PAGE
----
Acta's most notable influence thus far seems to be a balancing of affirmation and accountability. Take Ryan Church, a respectably talented outfielder in his late 20s who was a big part of the '05 Nats' early rise to the top of the NL East but whose status on the club sort of stalled thereafter. He had some injuries in the second half of '05 (including one, a broken pinky toe, that was obliquely mocked by the club via the press), didn't adjust well to the bench after the Preston Wilson trade, and then spent much of '06 bouncing up and down from the majors all the way to Double-A and back to the majors again.
The MLB/Bowden/Robinson regime was prone to things like this. No matter how much Church contributed to the situation, the club suffered from a severe lack of organizational cohesion during the first two seasons in Washington on a much broader level. The biggest change the sale to the Lerners and Stan Kasten (collectively, "the Lernastens") brought about was stability. There is one "Plan" the organization lives by now, and whether that's more disciplined planning than puffery or vice versa, Manny Acta projects a far more professional air than the team had on the field before.
Reportedly, one of the things Acta did over the offseason was contact Church and tell him he had a place in the lineup as long as he produced. Church isn't the type of guy to build around or include in long-range plans, but he's a guy in his "theoretical prime" who wasn't even arbitration-eligible. It makes sense for a team with a reduced payroll to utilize guys like him. So Acta affirmed him. But he also held him accountable. When Church failed to run out a grounder late in April, Acta benched him in-game. Church got the message, and the incident was over that day, with no after-effects. Same thing happened to Felipe Lopez recently.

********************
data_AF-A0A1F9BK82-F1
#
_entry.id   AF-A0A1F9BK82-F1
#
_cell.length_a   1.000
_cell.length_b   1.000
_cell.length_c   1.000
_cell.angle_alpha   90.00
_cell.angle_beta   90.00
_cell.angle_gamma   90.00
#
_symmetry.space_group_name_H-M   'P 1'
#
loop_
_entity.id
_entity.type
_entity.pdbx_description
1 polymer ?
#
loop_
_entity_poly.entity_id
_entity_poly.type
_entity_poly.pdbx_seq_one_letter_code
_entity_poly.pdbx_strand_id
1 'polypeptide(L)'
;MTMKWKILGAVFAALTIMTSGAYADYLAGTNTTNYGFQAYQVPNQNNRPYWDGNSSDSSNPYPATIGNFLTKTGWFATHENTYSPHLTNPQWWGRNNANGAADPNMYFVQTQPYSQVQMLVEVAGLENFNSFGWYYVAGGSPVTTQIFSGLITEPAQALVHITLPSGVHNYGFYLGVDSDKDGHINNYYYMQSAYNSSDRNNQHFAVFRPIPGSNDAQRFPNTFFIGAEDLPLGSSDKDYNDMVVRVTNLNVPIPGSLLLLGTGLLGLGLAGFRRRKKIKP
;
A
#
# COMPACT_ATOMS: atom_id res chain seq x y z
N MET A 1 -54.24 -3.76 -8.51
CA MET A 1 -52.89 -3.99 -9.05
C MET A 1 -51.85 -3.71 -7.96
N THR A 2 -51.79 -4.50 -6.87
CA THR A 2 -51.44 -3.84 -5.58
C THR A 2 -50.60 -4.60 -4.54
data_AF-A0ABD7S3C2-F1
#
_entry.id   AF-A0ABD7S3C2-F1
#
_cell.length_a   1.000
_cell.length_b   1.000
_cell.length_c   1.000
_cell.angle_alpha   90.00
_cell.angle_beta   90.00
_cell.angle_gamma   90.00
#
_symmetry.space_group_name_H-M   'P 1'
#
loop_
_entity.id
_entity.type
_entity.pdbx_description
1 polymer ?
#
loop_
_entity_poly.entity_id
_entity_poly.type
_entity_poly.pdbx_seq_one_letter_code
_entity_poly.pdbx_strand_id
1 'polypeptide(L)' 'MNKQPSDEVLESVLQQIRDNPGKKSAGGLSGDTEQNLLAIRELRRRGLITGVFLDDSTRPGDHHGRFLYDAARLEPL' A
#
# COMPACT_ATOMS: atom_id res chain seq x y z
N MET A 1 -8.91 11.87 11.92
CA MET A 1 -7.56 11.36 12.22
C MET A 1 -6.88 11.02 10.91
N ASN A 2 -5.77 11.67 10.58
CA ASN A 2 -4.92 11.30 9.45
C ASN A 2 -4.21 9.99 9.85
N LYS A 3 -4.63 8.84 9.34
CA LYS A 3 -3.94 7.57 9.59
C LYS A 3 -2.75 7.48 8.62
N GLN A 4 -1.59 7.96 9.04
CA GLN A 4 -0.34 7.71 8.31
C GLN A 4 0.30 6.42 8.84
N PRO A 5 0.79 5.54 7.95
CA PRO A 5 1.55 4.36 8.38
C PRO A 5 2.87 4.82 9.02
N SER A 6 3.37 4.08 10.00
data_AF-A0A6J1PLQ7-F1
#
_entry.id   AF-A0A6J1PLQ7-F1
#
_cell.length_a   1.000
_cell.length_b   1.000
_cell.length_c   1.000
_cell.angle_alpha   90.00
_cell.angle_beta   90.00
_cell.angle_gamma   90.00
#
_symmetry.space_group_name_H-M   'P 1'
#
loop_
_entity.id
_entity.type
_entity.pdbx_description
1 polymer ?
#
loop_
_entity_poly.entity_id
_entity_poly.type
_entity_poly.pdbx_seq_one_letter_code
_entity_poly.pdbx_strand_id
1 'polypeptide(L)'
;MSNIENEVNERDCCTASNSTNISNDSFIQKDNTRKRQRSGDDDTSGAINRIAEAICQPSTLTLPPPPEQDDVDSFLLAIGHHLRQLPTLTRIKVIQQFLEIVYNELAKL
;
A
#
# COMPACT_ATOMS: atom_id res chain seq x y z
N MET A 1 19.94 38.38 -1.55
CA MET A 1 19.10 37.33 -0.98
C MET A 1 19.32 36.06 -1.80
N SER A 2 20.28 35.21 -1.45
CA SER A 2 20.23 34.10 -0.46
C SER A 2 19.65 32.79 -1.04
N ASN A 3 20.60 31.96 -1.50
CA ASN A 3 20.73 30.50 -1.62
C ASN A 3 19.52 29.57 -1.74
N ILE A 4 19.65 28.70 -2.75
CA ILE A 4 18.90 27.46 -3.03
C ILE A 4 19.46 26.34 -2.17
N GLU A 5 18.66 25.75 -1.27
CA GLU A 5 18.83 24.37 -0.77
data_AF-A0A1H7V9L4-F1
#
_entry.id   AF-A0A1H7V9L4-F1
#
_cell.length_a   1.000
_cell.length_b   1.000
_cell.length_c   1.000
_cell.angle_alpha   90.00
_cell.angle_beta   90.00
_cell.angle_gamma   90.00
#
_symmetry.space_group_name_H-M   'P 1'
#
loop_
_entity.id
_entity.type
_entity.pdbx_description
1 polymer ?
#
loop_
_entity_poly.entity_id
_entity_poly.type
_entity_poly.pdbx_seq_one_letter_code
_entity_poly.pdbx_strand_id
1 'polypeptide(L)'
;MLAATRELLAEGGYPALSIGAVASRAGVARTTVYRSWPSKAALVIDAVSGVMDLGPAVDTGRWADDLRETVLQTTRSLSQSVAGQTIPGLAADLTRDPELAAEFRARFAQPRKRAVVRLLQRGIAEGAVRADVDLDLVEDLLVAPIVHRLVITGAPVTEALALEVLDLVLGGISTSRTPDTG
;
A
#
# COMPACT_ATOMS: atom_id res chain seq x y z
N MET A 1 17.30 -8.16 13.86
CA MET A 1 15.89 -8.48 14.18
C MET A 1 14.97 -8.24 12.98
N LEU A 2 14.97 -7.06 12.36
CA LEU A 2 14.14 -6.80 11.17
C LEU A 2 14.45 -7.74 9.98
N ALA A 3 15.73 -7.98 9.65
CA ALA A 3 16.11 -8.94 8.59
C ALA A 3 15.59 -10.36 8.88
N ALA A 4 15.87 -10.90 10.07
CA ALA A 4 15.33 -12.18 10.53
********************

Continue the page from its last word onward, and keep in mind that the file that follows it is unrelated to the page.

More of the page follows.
So it seems Acta commands his players' respect, both positively and punitively, and that's a pretty good start to a managerial career.
(3) Dmitri Young had such a rough season (to put it kindly) last year in Detroit, but seems to have turned himself around, and is among the NL leaders in batting average, on-base percentage, and OPS. Given that he only signed a one-year deal for less than $1 million, will he be in another uniform by August or do you think the Nats will keep him around until Nick Johnson comes back (whenever that might be)?
I would hope so, yes, by August or at the latest by midnight August 31. It doesn't seem like Young left Detroit on good terms, but he's been an exemplary citizen for the Nats. The turnaround he's made has been phenomenal, and not just from last season to this season. I'm talking last month to this month. About five weeks ago, he was battling a foot problem and hitting in the .220s. Since then, he's been unconscious.
When the Nats signed Young, the first base situation became sort of awkward. Johnson was out (though no one really knew for how long; Johnson's recovery has been slower than anticipated), and it was presumed pseudo-prospect Larry Broadway would get a clean shot. Broadway wasn't terrible in spring training, but he wasn't showing any power. He's had a rough go since his demotion, and I wouldn't think he's in the team's plans any longer. So, the next option might have been Kory Casto, the team's most advanced upper-level prospect. Casto's been a third baseman (now blocked by Ryan Zimmerman) and outfielder in the system, and there were reports of him fielding grounders at first base. But he has option years remaining, and the team broke camp with two other lefty-swinging corner outfield types (Church and Chris Snelling) who were out of options. There was also Travis Lee, who was around for his defense. But when Young marginally got himself into shape, relatively speaking, and arrived at the big league camp weeks later than the rest, he immediately started swinging a potent bat. The competition with Lee was over before it began.